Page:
10 of Australia’s best hiking destinations
Amid a growing trend towards slower travel, these great Australian hikes provide the perfect change of pace.
It’s no secret that putting one foot in front of the other has significant physical and mental benefits.
Walking can prevent certain diseases, boost immune function, enhance fitness and generally prolong your life.
According to auswalk.com.au, there were 18.4 million bushwalking trips taken in Australia in 2014, and that number had soared to 27 million by 2018 – a 47 per cent increase. Trips to national parks also surged in popularity, from 22.8 million to 30.3 million.
There is a growing trend of travellers looking to experience destinations in a new way – at a slower pace – to promote mindfulness while enjoying the outdoors, and leaving minimal footprint on their adventures.
These destinations cater for beginners to experienced hikers and are among the best in the country.
1. Cradle Mountain–Lake St Clair National Park (Tasmania)
Part of the Tasmanian Wilderness World Heritage Area, this park is home to the world-famous Overland Track and iconic Cradle Mountain.
It features ancient rainforests, alpine heaths, lakes and breath-taking lookouts.
The park also provides a rich habitat for wildlife, including Tasmanian devils, quolls, platypus, echidna and many bird species.
2. Mount Feathertop (Victoria)
Standing at 1922m, Mount Feathertop is Victoria’s second highest mountain.
The most scenic route to the summit is via the jagged, craggy spine of the Razorback Ridge from Mount Hotham.
This is a full-day, difficult hike with the option to camp overnight near the summit.
Beginners can enjoy a short walk along the ridge to experience the classic mountain scenery.
3. Wilsons Promontory (Victoria)
At the southernmost point of Australia’s mainland, Wilsons Promontory is one the most popular national parks in the country.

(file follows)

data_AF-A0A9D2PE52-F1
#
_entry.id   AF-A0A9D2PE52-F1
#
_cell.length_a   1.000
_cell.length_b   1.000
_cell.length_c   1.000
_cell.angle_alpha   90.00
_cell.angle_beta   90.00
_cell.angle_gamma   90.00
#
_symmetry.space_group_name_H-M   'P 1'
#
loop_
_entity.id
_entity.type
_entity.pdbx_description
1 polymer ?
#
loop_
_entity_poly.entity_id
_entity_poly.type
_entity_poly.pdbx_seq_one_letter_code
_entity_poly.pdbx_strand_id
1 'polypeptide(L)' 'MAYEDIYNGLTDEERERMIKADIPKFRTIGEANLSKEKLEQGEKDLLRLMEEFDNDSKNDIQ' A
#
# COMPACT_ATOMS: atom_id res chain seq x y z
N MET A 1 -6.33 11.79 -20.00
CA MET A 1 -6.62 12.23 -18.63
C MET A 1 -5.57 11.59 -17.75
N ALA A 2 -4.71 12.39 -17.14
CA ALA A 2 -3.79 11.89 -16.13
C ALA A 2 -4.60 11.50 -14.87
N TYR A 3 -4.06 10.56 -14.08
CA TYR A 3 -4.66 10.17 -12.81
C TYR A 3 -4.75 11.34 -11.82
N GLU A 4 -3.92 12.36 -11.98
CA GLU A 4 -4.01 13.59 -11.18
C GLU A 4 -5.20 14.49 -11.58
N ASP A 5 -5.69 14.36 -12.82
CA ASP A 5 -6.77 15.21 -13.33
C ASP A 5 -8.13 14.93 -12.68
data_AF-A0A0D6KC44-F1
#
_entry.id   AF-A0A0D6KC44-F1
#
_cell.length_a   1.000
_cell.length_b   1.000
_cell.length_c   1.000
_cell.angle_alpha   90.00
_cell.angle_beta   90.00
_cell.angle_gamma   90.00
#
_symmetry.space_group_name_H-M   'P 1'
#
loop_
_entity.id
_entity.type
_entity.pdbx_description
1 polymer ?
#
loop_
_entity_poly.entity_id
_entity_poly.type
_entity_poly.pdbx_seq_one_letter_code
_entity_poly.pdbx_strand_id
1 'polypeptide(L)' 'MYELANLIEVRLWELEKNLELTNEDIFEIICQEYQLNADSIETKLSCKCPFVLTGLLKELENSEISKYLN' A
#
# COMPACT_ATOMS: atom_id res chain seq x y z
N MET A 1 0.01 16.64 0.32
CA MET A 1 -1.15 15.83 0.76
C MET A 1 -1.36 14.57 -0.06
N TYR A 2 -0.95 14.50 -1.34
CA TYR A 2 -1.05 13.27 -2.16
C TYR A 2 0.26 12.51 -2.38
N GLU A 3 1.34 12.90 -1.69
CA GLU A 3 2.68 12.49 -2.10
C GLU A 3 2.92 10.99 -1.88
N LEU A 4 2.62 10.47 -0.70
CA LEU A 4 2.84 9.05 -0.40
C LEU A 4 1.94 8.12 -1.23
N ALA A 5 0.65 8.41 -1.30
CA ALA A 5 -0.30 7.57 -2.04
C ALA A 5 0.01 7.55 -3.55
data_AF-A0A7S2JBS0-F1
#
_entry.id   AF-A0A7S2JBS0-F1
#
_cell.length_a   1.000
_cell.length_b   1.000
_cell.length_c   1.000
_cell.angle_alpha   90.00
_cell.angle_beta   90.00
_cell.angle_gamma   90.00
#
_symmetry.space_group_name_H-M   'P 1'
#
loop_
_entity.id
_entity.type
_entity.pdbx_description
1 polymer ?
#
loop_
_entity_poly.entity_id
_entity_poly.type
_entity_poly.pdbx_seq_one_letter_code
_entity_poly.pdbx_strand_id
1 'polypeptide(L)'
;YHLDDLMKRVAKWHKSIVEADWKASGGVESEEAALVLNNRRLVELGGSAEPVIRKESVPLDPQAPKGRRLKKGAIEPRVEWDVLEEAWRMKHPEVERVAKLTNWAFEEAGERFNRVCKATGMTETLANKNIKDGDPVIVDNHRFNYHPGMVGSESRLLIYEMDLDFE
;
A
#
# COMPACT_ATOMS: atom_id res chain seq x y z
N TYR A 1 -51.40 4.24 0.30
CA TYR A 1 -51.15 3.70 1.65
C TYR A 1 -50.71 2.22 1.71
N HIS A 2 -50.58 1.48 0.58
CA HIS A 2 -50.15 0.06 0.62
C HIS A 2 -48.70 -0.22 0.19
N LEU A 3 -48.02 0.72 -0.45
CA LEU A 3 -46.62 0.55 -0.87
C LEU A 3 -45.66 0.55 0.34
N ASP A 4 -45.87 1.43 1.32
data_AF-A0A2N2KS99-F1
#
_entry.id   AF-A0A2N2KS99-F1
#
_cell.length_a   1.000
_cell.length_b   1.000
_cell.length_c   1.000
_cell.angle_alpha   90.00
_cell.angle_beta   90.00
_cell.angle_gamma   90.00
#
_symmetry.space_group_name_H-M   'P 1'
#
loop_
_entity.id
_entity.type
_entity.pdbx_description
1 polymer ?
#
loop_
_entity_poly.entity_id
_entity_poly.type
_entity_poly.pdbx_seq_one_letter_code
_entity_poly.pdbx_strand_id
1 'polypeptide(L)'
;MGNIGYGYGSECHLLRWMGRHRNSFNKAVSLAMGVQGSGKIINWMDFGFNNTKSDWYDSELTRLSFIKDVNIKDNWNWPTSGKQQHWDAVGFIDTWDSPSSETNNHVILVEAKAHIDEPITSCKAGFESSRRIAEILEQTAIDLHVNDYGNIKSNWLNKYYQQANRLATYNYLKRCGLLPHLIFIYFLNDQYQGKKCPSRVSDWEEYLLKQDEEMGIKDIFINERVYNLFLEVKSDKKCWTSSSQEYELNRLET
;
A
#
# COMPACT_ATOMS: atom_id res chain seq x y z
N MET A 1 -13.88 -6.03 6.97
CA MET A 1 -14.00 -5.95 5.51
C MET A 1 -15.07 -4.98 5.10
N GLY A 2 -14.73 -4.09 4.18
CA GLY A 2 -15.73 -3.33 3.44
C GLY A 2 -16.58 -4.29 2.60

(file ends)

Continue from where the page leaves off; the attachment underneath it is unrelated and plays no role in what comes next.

It features more than 80km of wilderness bushwalking trails, spectacular coastal scenery, abundant wildlife and isolated white-sand beaches.
4. Great Ocean Walk (Victoria)
Stretching 104km from Apollo Bay to the 12 Apostles, the Great Ocean Walk meanders along high cliff tops and sandy beaches and through a section of the Otway National Park.
Beginners can complete small sections while others who tackle a multiday experience can camp or enjoy a range of accommodation along the way.
5. Royal National Park (NSW)
Established in 1879, Royal National Park is Australia’s oldest national park and a long-time favourite for Sydney bushwalkers.
The Coast Track runs for 26km and crosses varied terrain along cliffs and beaches and takes in takes in many Aboriginal cultural sites of the Dharawal people.
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6. Blue Mountains (NSW)
The foothills of the Blue Mountains begin 65km west of Sydney and rise to 1100m.
A variety of walking trails traverse eucalyptus forests, Aboriginal rock art sites, remote rivers, limestone cave systems and magnificent sandstone cliffs.
7. Fraser Island (Queensland)
A colossal vegetated sandbar (120km x 15km), Fraser Island feels like another planet.
Visitors flock here to swim in pristine lakes and crystal-clear creeks, relax along remote sandy beaches and walk through majestic rainforests.
Keep an eye out for dugongs, dolphins, whales, green sea turtles and many seabirds.
8. Larapinta Trail (Northern Territory)
Quickly emerging as one of the most popular walking treks in Australia, the Larapinta Trail extends for 223km along the West MacDonnell Ranges from Alice Springs to Mt Sonder.
Navigating desert plains, dolomite foothills, quartzite ridges, gorges and waterholes, the trail is a great way to experience the Red Centre.
9. Flinders Ranges (South Australia)
With its ever-changing colours, weathered peaks and rocky gorges, the Flinders Ranges are South Australia’s showcase walking feature.
Their most characteristic landmark is Wilpena Pound, a large, crescent-shaped, natural amphitheatre that covers 80km and contains the range’s highest peak, St Mary Peak.
10. Cape to Cape Track (Western Australia)
Passing over high cliffs, through varied bushland and across isolated beaches, the 125km Cape to Cape Track is Western Australia’s premier coastal walk.
It meanders along the whole length of the Leeuwin-Naturaliste Ridge and features two lighthouses at its start and finish.
All these destinations offer short, easy walks for beginners and longer, difficult walks for experienced walkers.
More information can be obtained from local visitor centres or national park websites.
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Written by Craig Sheather.